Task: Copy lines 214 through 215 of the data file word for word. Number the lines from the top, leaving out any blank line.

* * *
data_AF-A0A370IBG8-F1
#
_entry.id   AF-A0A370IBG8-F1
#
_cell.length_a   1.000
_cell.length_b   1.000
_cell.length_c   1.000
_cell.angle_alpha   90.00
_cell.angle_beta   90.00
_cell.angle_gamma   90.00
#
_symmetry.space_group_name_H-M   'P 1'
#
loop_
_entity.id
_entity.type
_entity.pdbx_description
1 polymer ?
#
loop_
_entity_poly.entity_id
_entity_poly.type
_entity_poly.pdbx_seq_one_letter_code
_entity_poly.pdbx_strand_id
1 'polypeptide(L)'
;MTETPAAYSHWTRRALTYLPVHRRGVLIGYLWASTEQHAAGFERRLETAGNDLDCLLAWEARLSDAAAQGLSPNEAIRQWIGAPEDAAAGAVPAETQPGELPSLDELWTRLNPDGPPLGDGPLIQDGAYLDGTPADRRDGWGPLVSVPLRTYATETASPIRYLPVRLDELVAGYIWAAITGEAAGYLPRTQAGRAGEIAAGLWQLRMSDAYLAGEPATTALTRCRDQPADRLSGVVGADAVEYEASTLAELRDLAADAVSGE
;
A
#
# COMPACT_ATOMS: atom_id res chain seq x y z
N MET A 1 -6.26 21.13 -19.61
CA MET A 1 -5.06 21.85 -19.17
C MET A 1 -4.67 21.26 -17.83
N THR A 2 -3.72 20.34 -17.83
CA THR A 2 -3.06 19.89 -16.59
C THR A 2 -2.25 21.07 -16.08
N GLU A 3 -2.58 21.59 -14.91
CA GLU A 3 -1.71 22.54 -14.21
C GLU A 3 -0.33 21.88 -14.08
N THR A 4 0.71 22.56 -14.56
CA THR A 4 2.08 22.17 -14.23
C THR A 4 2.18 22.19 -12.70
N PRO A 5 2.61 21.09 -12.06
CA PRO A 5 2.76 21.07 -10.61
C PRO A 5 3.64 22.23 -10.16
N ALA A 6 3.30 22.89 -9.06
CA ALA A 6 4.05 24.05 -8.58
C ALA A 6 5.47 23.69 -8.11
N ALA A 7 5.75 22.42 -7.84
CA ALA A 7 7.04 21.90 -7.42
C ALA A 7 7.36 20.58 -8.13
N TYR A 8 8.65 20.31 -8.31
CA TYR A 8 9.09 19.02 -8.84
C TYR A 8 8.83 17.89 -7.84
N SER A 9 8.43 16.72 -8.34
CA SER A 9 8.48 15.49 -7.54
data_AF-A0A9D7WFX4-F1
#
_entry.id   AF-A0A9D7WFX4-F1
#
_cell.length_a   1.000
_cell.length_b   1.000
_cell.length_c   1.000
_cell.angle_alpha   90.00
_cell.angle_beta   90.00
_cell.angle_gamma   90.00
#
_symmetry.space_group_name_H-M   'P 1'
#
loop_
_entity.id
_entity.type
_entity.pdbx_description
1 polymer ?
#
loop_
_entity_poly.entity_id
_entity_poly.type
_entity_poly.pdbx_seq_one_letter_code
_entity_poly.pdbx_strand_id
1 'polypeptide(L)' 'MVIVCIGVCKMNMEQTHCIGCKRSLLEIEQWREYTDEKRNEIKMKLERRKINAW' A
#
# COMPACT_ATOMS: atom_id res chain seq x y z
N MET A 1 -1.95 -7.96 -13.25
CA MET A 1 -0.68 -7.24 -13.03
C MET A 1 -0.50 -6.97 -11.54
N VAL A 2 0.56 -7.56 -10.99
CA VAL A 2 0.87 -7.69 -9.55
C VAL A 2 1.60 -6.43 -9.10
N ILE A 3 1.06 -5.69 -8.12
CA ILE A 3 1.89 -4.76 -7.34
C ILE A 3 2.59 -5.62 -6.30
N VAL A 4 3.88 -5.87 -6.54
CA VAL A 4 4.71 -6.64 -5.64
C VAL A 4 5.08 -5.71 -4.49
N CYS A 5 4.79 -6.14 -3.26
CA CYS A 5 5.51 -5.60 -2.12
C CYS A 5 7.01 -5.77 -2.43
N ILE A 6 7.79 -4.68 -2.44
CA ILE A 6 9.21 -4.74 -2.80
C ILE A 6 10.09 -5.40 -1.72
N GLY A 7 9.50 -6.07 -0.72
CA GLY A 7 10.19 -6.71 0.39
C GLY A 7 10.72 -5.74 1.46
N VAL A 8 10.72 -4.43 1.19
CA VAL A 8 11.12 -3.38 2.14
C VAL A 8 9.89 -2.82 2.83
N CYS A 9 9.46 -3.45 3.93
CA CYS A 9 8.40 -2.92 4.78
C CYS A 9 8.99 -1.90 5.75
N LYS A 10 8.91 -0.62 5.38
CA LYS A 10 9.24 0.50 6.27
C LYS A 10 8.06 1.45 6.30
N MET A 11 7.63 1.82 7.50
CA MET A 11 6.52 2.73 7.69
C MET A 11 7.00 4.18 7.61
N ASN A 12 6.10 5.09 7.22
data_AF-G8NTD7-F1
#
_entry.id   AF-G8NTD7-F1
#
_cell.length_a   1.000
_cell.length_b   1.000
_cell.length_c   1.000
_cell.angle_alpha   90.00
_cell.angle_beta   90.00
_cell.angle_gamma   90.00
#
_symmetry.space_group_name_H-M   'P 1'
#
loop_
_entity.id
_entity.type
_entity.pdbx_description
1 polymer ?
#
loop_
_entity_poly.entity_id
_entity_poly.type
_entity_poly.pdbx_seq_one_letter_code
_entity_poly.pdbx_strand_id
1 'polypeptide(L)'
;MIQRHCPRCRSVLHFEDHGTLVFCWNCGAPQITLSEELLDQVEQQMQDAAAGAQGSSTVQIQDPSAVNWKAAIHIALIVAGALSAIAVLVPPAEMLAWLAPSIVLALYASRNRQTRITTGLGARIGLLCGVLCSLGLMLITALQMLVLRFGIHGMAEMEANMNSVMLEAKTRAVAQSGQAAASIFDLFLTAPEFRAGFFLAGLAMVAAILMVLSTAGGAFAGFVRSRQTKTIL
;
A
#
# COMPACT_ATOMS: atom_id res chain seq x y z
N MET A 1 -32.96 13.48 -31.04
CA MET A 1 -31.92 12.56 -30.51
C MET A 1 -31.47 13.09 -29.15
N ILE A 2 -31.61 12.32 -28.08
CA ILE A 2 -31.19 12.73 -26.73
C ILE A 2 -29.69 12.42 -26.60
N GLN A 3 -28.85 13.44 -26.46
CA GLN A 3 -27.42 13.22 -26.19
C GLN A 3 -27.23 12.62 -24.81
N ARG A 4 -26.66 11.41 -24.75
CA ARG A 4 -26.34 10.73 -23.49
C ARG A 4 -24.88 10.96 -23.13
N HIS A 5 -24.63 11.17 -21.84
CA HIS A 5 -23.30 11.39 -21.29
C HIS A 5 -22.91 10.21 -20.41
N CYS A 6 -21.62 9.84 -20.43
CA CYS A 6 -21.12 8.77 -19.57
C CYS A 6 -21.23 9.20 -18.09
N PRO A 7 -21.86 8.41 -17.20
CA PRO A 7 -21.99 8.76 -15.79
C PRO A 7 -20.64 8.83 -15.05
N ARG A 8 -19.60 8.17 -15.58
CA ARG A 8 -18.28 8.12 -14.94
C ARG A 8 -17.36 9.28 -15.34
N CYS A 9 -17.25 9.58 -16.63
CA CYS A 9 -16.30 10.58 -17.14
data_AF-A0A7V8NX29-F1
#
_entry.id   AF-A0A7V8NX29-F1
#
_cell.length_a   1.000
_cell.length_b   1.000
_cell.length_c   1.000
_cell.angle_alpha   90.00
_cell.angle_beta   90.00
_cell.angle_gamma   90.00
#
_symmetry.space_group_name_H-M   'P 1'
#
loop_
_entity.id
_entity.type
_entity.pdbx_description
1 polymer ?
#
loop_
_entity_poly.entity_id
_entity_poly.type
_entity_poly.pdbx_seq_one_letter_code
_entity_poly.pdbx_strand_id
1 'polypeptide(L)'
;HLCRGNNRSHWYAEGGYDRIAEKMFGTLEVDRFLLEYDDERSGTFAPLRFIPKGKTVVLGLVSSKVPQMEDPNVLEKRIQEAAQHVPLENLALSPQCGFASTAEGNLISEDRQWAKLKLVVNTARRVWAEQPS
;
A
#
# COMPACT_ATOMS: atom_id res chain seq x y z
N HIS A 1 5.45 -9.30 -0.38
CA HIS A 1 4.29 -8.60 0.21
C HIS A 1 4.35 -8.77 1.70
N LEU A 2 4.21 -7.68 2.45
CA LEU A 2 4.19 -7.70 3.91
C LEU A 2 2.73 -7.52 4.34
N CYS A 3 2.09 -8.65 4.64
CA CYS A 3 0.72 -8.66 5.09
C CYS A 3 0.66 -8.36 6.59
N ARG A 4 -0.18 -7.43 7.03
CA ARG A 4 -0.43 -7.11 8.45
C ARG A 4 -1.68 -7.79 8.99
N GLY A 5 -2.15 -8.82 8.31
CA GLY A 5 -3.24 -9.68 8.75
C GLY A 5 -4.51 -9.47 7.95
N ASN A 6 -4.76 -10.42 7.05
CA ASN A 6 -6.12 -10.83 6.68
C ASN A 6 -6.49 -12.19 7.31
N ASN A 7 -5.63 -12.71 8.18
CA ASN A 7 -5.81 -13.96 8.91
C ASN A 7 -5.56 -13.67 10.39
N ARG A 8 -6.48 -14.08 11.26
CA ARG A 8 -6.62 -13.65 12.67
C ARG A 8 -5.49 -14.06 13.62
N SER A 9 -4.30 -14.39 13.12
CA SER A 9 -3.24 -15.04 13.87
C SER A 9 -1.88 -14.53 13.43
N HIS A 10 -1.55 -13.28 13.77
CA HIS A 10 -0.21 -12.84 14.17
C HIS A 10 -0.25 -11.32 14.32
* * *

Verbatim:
CA ARG A 4 -0.43 -7.11 8.45
C ARG A 4 -1.68 -7.79 8.99